Fortune Management Guest Blog: Creating the Ultimate Doctor Hygiene Exam

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By Deanna M. Goodrich, RDH/Hygiene Mastery

Hygienists serve the entire population in every dental office and it’s one of the reasons why we see patients saying “yes” to their dental needs. A typical exam “in the good-old days” used to look like: Doctor comes in and says hi to the patient and catches up on the latest camping trip taken with the kiddos. The dentist then would take a look at the X-rays and see if there was any new decay and let the patient know what needed to be done. There is much to be gained and learned from these past experiences. The number one reason why case acceptance was high had little to do with the equipment, facility, or hours. It had everything to do with the experience. Competition can be fierce or so it may seem to many. The reality is the practices that are successful are the ones that have created powerful distinctions by living their word and vision with patients.

Let’s consider one of the most valuable tools in bringing both depth (committed patients) and width (new patients) to the practice: The Ultimate Doctor Hygiene Exam. If every patient is touched or connected to the practice through the hygiene exam, then a serious look at that process is extremely important. The 20/20/20 rule is an excellent guide in bringing case acceptance to 85%, up from an average is 25%.

The 20/20/20 Rule

The first 20 minutes of every hygiene visit should be dedicated to getting to know your patient and updating all diagnostics. Consider how it would feel if you were greeted by name with a warm handshake before being escorted back to the operatory. The number one value patients seek in dental care is trust. The real power of influence comes from knowing your patients and it starts with a simple smile and handshake. As a hygienist, I know we are not allowed to make a diagnosis but we certainly can share our concerns.

After we have built a relationship the rest of the first 20 minutes should be a time in gathering diagnostics. Creating value comes from receiving more than what is paid for in services. We can create value by developing a co-discovery relationship. For example, while using the intra-oral camera a hygienist could say, “Mrs. Jones, I’d like to show you a picture of your tooth on the upper right side. It has a large silver filling that appears to be breaking down around the edges. I know Dr. Smith is going to be concerned about this area, as well. The bacteria that is found in our mouths are sneaky little creatures that will creep into those areas and often times we will find decay around those margins. Has that tooth had any sensitivity that you are aware of?” If they say no, you can then follow up with “That’s a good sign that we have caught this early and you are not experiencing any pain.” Having the hygienist take an active role in pre-framing possible treatment by uncovering concerns is an important part of the Ultimate Doctor Hygiene Exam.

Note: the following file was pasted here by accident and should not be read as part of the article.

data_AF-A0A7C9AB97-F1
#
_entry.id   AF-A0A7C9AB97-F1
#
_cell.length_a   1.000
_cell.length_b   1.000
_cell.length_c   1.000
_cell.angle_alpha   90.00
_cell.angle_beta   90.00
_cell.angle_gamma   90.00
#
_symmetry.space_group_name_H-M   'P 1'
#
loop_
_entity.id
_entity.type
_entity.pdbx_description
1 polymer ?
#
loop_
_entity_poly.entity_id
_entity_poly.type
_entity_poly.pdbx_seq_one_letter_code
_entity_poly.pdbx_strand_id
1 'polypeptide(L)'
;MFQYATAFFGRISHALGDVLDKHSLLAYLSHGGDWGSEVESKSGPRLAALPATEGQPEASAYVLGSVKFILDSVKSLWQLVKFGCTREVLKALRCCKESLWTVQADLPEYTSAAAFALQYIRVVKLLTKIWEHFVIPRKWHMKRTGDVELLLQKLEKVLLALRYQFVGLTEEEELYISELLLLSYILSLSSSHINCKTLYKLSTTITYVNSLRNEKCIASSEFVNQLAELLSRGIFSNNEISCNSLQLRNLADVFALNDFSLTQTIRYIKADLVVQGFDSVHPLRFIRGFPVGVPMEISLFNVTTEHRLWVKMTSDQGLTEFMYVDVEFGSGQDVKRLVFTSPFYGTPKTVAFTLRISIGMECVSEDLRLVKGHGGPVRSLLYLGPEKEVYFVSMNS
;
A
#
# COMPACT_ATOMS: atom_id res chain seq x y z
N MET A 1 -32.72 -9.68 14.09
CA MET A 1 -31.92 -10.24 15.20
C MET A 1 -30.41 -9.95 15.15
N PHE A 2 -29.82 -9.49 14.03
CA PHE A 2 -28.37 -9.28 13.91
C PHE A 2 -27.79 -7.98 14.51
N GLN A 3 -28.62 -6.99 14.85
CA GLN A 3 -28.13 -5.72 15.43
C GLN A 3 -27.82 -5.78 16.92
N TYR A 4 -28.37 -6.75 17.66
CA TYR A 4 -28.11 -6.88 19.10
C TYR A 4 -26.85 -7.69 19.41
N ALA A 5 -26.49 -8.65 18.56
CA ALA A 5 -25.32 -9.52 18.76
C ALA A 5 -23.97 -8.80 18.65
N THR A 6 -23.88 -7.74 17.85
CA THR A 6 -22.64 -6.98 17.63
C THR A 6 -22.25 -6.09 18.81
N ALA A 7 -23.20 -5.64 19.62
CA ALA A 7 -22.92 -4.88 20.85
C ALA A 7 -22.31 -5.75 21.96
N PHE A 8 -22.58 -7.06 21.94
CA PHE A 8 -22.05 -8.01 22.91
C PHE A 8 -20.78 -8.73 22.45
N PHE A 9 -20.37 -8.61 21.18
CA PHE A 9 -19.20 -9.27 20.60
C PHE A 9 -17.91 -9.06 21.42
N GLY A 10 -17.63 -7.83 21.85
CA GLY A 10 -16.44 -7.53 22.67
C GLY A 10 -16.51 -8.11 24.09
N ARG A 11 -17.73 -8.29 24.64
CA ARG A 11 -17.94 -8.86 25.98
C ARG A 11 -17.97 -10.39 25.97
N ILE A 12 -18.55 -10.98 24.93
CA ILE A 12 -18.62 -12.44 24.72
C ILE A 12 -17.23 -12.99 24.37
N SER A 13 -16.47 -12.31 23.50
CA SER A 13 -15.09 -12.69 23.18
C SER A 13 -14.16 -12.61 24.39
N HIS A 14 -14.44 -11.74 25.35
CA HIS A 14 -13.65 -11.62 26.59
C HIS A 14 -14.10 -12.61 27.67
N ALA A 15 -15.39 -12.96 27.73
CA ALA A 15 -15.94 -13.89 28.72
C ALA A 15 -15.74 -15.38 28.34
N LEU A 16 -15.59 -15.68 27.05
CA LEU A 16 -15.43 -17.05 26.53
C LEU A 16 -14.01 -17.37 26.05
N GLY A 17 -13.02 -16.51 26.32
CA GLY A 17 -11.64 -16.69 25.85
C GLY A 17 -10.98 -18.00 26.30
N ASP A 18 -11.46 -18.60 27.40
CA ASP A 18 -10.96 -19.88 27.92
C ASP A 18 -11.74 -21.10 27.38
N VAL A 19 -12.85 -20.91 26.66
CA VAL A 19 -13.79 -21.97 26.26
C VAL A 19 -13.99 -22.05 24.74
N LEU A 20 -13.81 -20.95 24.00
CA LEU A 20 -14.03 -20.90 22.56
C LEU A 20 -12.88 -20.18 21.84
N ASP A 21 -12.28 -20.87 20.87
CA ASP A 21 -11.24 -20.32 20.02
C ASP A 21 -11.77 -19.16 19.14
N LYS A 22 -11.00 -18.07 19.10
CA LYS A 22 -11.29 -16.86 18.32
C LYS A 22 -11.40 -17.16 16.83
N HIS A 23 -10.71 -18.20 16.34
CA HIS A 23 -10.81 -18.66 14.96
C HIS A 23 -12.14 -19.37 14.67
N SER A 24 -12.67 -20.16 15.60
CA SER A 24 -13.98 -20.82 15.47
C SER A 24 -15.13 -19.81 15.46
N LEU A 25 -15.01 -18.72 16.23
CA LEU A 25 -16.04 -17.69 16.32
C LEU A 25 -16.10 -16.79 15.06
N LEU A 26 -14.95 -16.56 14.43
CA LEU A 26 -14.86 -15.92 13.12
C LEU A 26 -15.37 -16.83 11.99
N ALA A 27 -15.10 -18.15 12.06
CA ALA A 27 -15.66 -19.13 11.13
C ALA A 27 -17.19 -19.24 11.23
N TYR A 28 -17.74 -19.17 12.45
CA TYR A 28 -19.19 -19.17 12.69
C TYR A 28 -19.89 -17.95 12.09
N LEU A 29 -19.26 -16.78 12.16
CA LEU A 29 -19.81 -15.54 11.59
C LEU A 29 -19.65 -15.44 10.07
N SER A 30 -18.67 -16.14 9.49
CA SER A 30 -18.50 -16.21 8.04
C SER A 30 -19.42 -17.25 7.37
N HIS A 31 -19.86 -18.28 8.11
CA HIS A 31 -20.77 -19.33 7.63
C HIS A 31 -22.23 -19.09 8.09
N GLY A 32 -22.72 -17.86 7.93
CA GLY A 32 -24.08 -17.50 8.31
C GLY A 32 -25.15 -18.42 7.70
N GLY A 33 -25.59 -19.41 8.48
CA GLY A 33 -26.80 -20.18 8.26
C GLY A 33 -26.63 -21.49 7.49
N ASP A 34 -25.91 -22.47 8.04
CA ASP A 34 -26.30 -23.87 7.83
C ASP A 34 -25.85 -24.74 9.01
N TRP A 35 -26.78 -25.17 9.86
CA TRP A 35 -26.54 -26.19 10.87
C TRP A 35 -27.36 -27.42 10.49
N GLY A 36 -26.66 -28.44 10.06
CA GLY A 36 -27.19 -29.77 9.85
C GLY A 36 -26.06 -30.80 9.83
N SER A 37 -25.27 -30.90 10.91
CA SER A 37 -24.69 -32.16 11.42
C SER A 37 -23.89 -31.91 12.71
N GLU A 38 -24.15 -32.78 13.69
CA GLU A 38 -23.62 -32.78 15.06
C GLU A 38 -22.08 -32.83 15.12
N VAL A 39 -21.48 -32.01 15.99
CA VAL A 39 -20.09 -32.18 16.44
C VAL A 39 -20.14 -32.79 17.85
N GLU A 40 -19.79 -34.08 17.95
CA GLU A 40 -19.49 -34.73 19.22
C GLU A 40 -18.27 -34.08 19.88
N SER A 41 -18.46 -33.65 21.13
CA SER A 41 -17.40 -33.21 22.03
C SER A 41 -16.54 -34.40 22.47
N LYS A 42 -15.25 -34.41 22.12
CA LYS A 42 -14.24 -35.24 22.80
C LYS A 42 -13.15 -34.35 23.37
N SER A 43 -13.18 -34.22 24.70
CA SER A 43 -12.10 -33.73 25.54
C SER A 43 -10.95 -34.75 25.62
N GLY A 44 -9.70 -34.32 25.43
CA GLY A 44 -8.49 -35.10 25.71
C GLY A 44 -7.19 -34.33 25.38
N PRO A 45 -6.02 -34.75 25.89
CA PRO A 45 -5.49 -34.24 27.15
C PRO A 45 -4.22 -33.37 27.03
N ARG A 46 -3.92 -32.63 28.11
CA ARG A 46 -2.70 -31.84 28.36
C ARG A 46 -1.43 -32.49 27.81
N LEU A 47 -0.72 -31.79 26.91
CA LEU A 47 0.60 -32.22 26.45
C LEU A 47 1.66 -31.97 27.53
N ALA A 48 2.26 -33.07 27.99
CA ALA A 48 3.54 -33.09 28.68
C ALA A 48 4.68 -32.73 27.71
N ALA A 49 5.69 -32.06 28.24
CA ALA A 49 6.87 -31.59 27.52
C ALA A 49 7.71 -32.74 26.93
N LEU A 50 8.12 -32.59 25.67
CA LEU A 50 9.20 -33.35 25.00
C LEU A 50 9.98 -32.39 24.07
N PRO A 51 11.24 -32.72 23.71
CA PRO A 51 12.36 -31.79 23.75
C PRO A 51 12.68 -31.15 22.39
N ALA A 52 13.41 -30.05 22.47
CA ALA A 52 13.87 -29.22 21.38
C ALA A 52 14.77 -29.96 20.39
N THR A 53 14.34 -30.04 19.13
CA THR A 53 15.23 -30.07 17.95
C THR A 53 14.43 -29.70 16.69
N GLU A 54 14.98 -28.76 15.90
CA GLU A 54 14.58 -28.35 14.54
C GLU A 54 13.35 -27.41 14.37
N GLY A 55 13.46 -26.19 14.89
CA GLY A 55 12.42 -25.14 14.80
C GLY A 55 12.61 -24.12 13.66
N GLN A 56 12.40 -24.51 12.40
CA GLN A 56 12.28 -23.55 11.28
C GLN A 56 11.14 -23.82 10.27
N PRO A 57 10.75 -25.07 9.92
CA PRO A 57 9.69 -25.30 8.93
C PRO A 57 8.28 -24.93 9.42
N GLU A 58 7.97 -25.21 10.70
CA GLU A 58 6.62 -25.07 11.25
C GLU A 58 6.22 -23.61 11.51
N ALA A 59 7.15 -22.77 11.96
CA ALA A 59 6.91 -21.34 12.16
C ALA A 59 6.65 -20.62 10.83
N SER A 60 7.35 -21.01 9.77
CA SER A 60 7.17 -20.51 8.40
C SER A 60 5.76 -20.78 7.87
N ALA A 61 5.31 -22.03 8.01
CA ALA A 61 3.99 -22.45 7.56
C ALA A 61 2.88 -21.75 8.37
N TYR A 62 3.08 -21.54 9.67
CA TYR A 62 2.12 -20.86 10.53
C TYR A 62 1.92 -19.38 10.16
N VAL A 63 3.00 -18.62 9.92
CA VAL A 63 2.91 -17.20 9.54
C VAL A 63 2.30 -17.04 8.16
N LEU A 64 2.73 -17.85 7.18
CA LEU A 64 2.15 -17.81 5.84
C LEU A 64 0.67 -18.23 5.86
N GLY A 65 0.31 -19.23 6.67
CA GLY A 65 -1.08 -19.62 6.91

The second 20 minutes is the called the window of opportunity to see the results you want in creating value for recommended treatment. The traditional model has the doctor coming in the last five minutes of the hygiene visit for the exam. Too often, there is a diagnosis but the patient is ready to get on with their day and is, therefore, less likely to make a commitment to care. By simply moving up the time to complete the exam during the second 20 minutes allows:

  • Time for the patient to ask questions
  • The doctor does not feel rushed and knows the hygienist has already pre-framed the patient for possible care
  • The hygienist stays on time and does not run late for their next patient
  • Case acceptance significantly improves
  • The administrative team has time to prepare an estimate without the patient being present and becoming impatient
  • The process becomes seamless and the patient’s experience is greatly improved

The hand-off takes place when the doctor comes in for the exam, has had a few minutes to visit with the patient, and then askes the hygienist “Susie, what have you and the patient been visiting about?” Now is the time for the hygienist to shine. They will let the doctor know of any changes in the medical history and what their findings and concerns are. Be sure to include any periodontal concerns. There is a good rule of thumb; a patient needs to hear something seven times in seven different ways to truly understand and feel good about committing to treatment. This can be accomplished through the co-discovery process and the hand-off. We want patients to be a part of the choice for their dental care. Perfecting the hand-off process allows patients to hear why the diagnosis is important and gives them time to make a commitment.

The final 20 minutes is to finish the hygienist visit, schedule the patient’s next recare appointment, and answer questions relating to the recommended treatment. To avoid “I only want what my insurance covers,” it’s important to have the patient’s commitment in the hygiene room before the handing them off to the treatment coordinator.